Both Brexit and changes in trade policy in the USA could indeed have major impacts on any UK company doing business overseas, whether due to exchange rates, changing tariff barriers, or lack of alignment between food standards in different countries.  It will be important to ensure the maintenance of high food standards, and to resist any shift towards lowering these standards.”

How do you think the current global economic situation may affect the chocolate industry? How should the industry be prepared?

“Brexit and the US presidency are creating a climate of uncertainty which destabilizes business across the board.  The issues listed above will have industry-wide impacts.”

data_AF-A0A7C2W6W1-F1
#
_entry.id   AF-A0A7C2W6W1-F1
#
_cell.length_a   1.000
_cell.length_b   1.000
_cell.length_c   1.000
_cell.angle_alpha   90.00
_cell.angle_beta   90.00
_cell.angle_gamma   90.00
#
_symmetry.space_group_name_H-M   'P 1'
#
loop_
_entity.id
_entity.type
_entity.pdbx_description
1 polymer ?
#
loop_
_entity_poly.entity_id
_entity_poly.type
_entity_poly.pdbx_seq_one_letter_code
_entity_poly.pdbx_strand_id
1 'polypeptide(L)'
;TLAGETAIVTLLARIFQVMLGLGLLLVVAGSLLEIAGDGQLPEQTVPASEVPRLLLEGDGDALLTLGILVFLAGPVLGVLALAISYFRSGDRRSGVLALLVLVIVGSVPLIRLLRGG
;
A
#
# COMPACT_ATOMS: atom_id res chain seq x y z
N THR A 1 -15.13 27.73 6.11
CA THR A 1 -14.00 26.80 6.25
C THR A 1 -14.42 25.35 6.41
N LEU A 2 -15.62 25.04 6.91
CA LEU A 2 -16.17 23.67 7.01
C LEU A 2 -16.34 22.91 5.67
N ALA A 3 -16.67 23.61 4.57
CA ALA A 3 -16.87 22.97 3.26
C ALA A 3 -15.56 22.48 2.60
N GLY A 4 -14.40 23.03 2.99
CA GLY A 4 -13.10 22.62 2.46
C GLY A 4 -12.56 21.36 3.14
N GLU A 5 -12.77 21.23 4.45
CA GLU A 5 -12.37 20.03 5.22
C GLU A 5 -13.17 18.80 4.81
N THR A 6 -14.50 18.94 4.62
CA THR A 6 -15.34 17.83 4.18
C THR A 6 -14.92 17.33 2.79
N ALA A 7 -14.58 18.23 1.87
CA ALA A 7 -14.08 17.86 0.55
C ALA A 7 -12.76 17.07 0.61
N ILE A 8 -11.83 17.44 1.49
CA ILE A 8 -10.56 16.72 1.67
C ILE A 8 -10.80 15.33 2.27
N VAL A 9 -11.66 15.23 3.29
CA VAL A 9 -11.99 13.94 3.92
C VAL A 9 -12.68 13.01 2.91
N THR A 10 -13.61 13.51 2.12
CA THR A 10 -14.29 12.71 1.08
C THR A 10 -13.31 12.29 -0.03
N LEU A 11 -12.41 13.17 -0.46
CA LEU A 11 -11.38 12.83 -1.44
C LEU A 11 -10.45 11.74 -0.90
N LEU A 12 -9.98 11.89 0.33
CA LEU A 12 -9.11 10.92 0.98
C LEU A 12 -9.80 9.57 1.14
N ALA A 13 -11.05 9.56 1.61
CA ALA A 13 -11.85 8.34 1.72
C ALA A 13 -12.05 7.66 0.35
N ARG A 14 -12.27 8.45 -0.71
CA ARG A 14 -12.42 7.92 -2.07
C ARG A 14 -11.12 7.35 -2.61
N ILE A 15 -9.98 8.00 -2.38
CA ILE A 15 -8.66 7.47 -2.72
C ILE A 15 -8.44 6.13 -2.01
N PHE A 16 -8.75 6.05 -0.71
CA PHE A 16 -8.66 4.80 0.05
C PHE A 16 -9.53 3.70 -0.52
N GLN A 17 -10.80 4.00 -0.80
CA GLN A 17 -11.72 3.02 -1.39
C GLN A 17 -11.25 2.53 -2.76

“Obesity is also a global issue – threatening to have an unmanageable impact on health, and in turn the cost of public health care around the world.  This is certainly a challenge to the chocolate industry.”

What’s next for Divine Chocolate? 

“Divine is looking to consolidate its growth in USA, where new business is especially buoyant, as well as looking at potential new export territories.  Our new product plans are especially focused on creating more delicious dark chocolate products with less sugar – tapping in to the continuing trend for healthy eating, and portion control. Increasing the number of dark chocolate products we make also plays to our mission – as it means we are buying more cocoa, and delivering more benefits to our farmer owners.”